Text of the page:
Although I wanted to rush, the anticipation was dreadful.I asked myself what I would do if I actually joined a sorority when I have a bunch of other time commitments that were making my head spin come the beginning of this semester.
The most worrisome part was that I didn’t know what I wanted. As the night went on, I avoided dwelling on it.
We were split up into random groups (group five represent), which were led by Gamma Chis — girls that temporarily disaffiliated themselves from their sororities to be our guides for the week. I felt weird being an upperclassman with a vague knowledge of Greek life and an article to write. I initially felt like part of me was under a microscope for different reasons than the other girls. I felt exposed and fake, and part of me wanted to just leave after I got the t-shirt. At least I could say I took the first step.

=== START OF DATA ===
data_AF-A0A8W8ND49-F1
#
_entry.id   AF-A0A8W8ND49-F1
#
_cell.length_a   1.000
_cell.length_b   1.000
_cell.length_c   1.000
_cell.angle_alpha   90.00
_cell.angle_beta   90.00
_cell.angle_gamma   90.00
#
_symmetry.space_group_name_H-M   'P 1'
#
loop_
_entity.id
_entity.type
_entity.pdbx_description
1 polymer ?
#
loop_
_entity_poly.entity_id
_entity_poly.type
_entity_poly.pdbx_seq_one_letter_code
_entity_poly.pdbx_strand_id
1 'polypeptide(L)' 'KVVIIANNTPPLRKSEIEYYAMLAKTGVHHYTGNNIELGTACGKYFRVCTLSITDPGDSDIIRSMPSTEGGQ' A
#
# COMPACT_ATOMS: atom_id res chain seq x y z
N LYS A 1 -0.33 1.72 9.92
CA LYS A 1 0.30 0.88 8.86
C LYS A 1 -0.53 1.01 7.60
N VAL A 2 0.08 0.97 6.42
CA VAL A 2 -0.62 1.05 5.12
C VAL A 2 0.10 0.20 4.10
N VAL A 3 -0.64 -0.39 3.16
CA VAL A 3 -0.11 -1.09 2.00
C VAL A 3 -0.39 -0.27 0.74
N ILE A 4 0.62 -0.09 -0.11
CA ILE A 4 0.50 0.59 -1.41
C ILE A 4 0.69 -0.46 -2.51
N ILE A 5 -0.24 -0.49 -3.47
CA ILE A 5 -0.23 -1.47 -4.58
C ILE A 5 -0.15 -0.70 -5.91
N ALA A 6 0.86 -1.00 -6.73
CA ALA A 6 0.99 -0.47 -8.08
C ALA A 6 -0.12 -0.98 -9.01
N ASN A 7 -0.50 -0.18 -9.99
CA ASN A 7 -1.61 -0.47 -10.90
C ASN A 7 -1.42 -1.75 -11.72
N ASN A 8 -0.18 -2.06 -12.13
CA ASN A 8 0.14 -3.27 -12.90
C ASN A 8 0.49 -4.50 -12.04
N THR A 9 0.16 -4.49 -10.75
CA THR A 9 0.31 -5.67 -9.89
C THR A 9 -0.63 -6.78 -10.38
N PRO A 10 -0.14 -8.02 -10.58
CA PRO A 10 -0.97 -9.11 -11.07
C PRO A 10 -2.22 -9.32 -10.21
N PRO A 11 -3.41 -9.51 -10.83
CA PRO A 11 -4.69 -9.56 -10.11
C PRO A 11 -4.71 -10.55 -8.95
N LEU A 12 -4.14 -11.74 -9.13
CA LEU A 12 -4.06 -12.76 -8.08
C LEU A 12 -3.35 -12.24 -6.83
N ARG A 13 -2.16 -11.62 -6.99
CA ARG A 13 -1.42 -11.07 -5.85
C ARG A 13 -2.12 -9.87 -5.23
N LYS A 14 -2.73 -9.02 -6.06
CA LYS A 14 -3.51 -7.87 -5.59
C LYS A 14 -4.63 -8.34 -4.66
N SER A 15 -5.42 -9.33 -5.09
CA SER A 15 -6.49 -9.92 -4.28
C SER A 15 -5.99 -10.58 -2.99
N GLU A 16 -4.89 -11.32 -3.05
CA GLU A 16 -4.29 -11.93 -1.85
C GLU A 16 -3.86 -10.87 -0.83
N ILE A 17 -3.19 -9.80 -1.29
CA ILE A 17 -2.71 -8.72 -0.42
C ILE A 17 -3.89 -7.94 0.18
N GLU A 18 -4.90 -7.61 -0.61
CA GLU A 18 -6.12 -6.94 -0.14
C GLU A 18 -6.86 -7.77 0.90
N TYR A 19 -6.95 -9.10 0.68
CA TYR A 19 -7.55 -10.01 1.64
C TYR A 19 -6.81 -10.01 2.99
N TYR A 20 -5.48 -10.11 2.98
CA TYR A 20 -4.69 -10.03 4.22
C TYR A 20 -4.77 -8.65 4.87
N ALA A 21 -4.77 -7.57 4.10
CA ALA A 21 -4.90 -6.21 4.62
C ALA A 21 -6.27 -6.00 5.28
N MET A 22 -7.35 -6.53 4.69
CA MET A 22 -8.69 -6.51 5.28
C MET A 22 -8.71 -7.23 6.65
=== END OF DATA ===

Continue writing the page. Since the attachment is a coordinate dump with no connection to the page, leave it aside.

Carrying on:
That quickly changed because the real fun started when we went into houses filled with girls singing. Recruitment is a well-oiled machine: Gamma Chis had walkie-talkies in order to guarantee they were on the same wavelength. It seemed like they didn’t even need them to be in sync.
They lined us up in alphabetical order, and we were required to leave our phones and bags outside as we were guided into each house. We were greeted and paired off with a sister who would guide us to a chair in the decorated main room. They kneeled by us on pillows to save their kneecaps, and they tried their best to be heard above the rest in attempt to find out more about us.
Conversation topics ranged from favorite movies to travel destinations — even about mutual friends in Greek organizations. I did not meet a single girl who made the process feel weird or uncomfortable. That’s when I realized rushing as a sophomore, along with growing up in Lafayette, helped with that experience.